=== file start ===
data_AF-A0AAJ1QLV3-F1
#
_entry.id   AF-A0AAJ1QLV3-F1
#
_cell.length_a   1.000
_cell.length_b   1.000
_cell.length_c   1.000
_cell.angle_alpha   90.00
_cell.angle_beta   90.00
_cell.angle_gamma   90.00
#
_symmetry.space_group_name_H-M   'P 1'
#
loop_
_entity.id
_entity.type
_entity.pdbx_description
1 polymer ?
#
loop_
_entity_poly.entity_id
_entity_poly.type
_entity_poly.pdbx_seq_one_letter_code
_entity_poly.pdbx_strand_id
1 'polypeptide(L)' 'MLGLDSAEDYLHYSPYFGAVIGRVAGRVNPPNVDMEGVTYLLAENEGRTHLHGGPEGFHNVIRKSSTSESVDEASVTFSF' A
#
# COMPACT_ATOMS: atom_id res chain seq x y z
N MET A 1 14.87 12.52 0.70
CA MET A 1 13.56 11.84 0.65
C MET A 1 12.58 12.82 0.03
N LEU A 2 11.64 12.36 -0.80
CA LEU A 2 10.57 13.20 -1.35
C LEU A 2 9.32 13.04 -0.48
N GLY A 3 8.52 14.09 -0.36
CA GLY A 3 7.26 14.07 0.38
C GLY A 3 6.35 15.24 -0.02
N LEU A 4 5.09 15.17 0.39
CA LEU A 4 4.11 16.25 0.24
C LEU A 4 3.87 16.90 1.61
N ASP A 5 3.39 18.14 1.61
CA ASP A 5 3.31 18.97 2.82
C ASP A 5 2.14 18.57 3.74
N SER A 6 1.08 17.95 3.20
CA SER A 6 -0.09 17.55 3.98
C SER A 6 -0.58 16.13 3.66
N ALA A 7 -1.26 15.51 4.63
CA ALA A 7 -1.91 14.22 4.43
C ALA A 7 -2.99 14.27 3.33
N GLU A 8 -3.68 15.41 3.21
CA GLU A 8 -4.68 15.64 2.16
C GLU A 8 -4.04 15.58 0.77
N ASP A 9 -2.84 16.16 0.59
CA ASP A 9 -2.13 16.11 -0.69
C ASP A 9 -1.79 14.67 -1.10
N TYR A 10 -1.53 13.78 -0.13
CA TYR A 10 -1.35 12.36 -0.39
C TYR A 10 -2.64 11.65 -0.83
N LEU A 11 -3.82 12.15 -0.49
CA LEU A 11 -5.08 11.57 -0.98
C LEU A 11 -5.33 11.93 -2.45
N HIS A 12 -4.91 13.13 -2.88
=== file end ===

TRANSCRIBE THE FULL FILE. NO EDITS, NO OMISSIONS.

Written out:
data_AF-A0AAJ1QLV3-F1
#
_entry.id   AF-A0AAJ1QLV3-F1
#
_cell.length_a   1.000
_cell.length_b   1.000
_cell.length_c   1.000
_cell.angle_alpha   90.00
_cell.angle_beta   90.00
_cell.angle_gamma   90.00
#
_symmetry.space_group_name_H-M   'P 1'
#
loop_
_entity.id
_entity.type
_entity.pdbx_description
1 polymer ?
#
loop_
_entity_poly.entity_id
_entity_poly.type
_entity_poly.pdbx_seq_one_letter_code
_entity_poly.pdbx_strand_id
1 'polypeptide(L)' 'MLGLDSAEDYLHYSPYFGAVIGRVAGRVNPPNVDMEGVTYLLAENEGRTHLHGGPEGFHNVIRKSSTSESVDEASVTFSF' A
#
# COMPACT_ATOMS: atom_id res chain seq x y z
N MET A 1 14.87 12.52 0.70
CA MET A 1 13.56 11.84 0.65
C MET A 1 12.58 12.82 0.03
N LEU A 2 11.64 12.36 -0.80
CA LEU A 2 10.57 13.20 -1.35
C LEU A 2 9.32 13.04 -0.48
N GLY A 3 8.52 14.09 -0.36
CA GLY A 3 7.26 14.07 0.38
C GLY A 3 6.35 15.24 -0.02
N LEU A 4 5.09 15.17 0.39
CA LEU A 4 4.11 16.25 0.24
C LEU A 4 3.87 16.90 1.61
N ASP A 5 3.39 18.14 1.61
CA ASP A 5 3.31 18.97 2.82
C ASP A 5 2.14 18.57 3.74
N SER A 6 1.08 17.95 3.20
CA SER A 6 -0.09 17.55 3.98
C SER A 6 -0.58 16.13 3.66
N ALA A 7 -1.26 15.51 4.63
CA ALA A 7 -1.91 14.22 4.43
C ALA A 7 -2.99 14.27 3.33
N GLU A 8 -3.68 15.41 3.21
CA GLU A 8 -4.68 15.64 2.16
C GLU A 8 -4.04 15.58 0.77
N ASP A 9 -2.84 16.16 0.59
CA ASP A 9 -2.13 16.11 -0.69
C ASP A 9 -1.79 14.67 -1.10
N TYR A 10 -1.53 13.78 -0.13
CA TYR A 10 -1.35 12.36 -0.39
C TYR A 10 -2.64 11.65 -0.83
N LEU A 11 -3.82 12.15 -0.49
CA LEU A 11 -5.08 11.57 -0.98
C LEU A 11 -5.33 11.93 -2.45
N HIS A 12 -4.91 13.13 -2.88